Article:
Government halts Tranmere plans

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Ingleborough Road Memorial Field where Tranmere Rovers planned to build up to 100 houses © The Wilfred Owen Story

Wirral Council’s controversial decision to allow up to 100 houses to be built on a World War I Memorial field in Birkenhead has been halted by Government officials.

Secretary of State for Communities and Local Government, Eric Pickles, is now reviewing Rovers’ planning application; a move that could be the subject of a public inquiry.

The proposed plan by Tranmere Rovers had been fought by campaigners who believe the site – a former playing field for Birkenhead Institute school – should be left as a memorial to 88 former pupils who lost their lives in World War I.

Earlier this month, we reported that Wirral Council had approved the plan, which would also see Rovers redevelop the Woodchurch leisure facility into a new state-of-the-art community accessible training centre. 

A Department for Communities and Local Government (DCLG) spokesperson has confirmed a ‘stop notice’ had been placed on the planning decision over Ingleborough Field.

He said: “The case has been referred to the Secretary of State and is currently under consideration.”

A sign on the gate of Ingleborough Road Memorial Field leading up to Remembrance Day © The Wilfred Owen Stroy

Wirral Council, who have sent the DCLG all the relevant planning application documents, are now awaiting a decision from the Secretary of State, who will study the validity of both arguments and decide which course of action must be taken.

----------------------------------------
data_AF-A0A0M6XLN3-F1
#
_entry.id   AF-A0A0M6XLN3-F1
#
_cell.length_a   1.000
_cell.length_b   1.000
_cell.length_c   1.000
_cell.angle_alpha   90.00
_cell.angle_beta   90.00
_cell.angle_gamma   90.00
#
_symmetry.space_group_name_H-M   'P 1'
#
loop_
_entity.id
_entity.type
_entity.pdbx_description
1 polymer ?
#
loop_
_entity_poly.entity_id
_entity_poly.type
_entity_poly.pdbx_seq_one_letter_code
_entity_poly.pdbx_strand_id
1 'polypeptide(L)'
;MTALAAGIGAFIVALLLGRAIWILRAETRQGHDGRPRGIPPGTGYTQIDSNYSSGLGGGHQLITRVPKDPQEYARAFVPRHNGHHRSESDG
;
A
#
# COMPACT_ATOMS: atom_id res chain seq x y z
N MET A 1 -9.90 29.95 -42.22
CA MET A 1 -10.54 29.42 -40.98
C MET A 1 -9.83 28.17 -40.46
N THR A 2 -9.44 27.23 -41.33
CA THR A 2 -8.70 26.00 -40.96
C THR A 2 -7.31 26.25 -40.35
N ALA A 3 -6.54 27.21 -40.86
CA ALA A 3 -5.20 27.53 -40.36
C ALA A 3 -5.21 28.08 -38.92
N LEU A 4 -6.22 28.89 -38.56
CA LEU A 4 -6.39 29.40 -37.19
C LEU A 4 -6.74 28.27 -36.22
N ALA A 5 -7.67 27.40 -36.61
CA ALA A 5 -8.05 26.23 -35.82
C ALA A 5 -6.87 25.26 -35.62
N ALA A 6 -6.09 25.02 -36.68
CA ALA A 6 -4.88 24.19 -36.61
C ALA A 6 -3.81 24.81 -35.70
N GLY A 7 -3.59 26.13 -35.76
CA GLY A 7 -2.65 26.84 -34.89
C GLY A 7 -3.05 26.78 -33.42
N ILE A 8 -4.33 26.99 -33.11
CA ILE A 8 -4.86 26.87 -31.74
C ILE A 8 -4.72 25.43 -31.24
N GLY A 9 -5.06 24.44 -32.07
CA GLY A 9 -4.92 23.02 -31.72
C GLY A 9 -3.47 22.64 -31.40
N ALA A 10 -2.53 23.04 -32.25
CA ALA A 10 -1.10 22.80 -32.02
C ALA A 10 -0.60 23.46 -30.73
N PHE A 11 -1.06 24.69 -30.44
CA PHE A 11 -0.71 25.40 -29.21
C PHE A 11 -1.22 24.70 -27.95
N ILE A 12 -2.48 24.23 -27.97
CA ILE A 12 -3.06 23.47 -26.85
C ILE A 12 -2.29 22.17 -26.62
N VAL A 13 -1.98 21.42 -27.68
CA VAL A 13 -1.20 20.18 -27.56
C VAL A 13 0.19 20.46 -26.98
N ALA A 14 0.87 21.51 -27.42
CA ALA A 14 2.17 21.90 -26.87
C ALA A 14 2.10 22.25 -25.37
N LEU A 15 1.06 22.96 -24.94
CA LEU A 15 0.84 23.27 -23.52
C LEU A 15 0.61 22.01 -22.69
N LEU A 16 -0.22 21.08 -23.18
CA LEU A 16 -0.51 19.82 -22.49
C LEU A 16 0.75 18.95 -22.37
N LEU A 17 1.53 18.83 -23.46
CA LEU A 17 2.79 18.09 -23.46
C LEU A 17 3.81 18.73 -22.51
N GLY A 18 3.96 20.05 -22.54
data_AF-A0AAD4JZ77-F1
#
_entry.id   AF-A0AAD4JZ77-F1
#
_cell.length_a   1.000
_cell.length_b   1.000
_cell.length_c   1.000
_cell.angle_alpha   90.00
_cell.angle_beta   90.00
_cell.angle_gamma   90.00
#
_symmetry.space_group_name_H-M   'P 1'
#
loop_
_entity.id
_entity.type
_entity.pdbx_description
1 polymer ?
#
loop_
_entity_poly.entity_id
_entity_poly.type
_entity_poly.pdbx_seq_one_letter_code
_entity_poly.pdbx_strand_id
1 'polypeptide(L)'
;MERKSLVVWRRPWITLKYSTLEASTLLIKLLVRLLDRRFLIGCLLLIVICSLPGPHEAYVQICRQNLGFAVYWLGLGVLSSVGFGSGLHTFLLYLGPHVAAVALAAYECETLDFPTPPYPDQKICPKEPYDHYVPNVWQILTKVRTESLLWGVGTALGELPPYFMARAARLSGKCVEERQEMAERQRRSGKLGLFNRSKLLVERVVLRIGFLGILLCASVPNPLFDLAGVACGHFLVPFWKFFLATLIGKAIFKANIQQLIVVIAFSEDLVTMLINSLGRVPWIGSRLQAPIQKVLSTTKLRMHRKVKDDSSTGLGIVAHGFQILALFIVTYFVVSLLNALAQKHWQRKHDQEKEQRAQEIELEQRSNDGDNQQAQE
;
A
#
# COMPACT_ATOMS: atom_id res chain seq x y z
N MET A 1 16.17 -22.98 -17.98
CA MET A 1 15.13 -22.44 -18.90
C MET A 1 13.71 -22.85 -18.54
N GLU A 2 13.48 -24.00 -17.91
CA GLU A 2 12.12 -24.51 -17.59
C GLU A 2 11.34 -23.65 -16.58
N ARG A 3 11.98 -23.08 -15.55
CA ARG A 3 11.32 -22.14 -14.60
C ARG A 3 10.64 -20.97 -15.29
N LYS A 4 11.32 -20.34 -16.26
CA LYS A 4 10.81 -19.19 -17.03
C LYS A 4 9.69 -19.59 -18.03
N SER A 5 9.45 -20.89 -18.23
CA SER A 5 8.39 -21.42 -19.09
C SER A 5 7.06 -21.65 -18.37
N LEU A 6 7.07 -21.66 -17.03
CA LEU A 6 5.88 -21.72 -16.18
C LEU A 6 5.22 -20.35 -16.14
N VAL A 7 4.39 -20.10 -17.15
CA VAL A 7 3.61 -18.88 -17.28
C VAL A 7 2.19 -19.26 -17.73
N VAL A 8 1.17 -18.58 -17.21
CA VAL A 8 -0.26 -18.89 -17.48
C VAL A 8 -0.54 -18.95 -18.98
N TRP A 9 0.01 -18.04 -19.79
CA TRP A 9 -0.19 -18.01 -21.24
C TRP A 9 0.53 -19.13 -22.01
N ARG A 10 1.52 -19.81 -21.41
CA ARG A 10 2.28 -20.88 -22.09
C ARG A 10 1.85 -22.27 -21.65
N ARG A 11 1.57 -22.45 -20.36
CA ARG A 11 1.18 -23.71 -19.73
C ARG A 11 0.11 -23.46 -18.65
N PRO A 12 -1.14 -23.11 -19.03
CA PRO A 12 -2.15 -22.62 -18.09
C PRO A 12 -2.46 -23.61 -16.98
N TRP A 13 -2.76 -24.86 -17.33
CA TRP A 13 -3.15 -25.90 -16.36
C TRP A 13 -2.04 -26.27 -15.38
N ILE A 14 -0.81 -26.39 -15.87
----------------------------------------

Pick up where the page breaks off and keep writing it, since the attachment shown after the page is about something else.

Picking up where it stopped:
Dean Johnson, one of the primary Ingleborough Road campaigners, told JMU Journalism that the stop notice was a decision he had expected ever since the planning permission was initially granted.

He said: “We wrote to the national planning council unit the as soon as the planning was granted for Tranmere Rovers Football Club and we have lobbied national bodies all the way through this campaign against the development.

“Many letters have been sent, maybe half a dozen a week, to the most notable and influential people in the country. They say the pen is mightier than the sword and this seems to be the case here.

“It is clear the Department for Communities and Local Government have responded because of the validity of our concerns and moral issues to this decision. Even at a glance there are obvious conflicts of interest and the shadow of misrepresentation in favour of private gain.”

Mr Johnson also believes that such a decision by the DCLG is important as it takes this row out of the hands of the local council, and if it leads to a public inquiry it will “open the debate to a larger area of thought than individuals split between loyalty to a war memorial and a financial windfall from the sacrifice of others”.

Tranmere Rovers declined to comment on the issue.

About Ryan McCann, JMU Journalism